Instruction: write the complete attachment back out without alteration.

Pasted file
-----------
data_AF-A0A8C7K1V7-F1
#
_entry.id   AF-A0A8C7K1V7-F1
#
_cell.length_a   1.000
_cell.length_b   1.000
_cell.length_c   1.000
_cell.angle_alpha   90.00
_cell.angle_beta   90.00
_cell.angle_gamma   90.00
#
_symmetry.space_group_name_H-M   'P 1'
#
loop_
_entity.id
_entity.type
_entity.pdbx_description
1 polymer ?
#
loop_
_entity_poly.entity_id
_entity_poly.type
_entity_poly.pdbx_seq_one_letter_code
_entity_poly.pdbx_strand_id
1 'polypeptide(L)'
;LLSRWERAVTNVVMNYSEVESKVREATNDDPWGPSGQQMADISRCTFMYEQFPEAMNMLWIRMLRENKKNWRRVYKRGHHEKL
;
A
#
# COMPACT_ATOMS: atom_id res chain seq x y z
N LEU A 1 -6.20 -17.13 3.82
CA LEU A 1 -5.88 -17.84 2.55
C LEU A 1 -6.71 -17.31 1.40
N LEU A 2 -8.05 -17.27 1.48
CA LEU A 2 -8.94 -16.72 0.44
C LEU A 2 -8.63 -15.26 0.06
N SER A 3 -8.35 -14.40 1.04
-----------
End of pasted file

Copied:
data_AF-A0A8C7K1V7-F1
#
_entry.id   AF-A0A8C7K1V7-F1
#
_cell.length_a   1.000
_cell.length_b   1.000
_cell.length_c   1.000
_cell.angle_alpha   90.00
_cell.angle_beta   90.00
_cell.angle_gamma   90.00
#
_symmetry.space_group_name_H-M   'P 1'
#
loop_
_entity.id
_entity.type
_entity.pdbx_description
1 polymer ?
#
loop_
_entity_poly.entity_id
_entity_poly.type
_entity_poly.pdbx_seq_one_letter_code
_entity_poly.pdbx_strand_id
1 'polypeptide(L)'
;LLSRWERAVTNVVMNYSEVESKVREATNDDPWGPSGQQMADISRCTFMYEQFPEAMNMLWIRMLRENKKNWRRVYKRGHHEKL
;
A
#
# COMPACT_ATOMS: atom_id res chain seq x y z
N LEU A 1 -6.20 -17.13 3.82
CA LEU A 1 -5.88 -17.84 2.55
C LEU A 1 -6.71 -17.31 1.40
N LEU A 2 -8.05 -17.27 1.48
CA LEU A 2 -8.94 -16.72 0.44
C LEU A 2 -8.63 -15.26 0.06
N SER A 3 -8.35 -14.40 1.04